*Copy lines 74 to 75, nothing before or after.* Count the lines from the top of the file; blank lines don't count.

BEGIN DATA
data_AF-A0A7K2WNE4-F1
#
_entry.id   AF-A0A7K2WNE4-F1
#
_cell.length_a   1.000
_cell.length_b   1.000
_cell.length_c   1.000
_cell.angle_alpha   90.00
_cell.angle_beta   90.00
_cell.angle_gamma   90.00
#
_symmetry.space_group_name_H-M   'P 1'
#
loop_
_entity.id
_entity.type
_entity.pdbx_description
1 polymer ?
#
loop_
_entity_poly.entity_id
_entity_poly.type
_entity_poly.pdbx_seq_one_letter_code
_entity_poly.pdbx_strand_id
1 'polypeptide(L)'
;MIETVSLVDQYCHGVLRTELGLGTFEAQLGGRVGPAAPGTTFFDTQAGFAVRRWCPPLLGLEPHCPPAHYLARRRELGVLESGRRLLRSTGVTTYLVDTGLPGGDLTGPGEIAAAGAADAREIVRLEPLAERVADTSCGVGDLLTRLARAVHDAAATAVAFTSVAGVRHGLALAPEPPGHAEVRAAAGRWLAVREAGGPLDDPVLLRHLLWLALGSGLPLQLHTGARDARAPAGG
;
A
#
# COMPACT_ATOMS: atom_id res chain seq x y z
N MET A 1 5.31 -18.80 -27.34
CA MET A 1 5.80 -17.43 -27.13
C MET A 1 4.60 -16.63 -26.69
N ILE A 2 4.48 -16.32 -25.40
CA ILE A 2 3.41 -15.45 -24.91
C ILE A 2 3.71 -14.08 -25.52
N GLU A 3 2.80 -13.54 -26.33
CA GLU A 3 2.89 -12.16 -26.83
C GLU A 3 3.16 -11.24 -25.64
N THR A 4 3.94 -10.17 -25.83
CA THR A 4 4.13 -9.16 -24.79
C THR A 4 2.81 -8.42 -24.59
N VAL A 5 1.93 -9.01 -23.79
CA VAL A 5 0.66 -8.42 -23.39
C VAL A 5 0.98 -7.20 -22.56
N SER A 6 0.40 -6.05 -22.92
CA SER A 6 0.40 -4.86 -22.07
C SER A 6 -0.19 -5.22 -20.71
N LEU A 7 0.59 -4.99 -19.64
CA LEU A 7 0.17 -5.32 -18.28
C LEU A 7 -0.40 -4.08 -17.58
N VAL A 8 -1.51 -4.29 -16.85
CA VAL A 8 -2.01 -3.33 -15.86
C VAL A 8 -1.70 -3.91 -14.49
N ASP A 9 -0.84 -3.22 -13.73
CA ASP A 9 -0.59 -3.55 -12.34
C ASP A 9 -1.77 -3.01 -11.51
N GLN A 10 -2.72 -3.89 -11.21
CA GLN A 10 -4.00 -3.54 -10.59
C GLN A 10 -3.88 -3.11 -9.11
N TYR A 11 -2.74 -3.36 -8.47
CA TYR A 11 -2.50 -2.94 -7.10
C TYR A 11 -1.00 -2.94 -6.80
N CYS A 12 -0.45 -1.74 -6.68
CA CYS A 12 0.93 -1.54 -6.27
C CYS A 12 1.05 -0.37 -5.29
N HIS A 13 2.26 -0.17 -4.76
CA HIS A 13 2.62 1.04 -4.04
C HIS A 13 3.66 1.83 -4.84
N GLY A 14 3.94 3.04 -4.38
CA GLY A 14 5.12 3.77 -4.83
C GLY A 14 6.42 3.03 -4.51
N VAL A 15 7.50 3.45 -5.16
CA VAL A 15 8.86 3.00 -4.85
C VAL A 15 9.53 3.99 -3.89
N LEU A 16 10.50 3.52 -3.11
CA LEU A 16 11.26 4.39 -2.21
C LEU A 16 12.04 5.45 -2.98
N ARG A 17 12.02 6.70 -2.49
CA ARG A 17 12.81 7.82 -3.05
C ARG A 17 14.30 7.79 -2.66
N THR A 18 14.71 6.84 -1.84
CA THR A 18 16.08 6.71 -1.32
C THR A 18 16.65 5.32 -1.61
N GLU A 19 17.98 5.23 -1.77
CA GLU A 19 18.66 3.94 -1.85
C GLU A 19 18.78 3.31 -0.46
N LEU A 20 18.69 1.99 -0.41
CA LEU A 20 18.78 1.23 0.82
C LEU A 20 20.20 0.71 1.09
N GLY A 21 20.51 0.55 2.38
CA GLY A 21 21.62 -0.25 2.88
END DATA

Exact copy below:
CA VAL A 15 8.86 3.00 -4.85
C VAL A 15 9.53 3.99 -3.89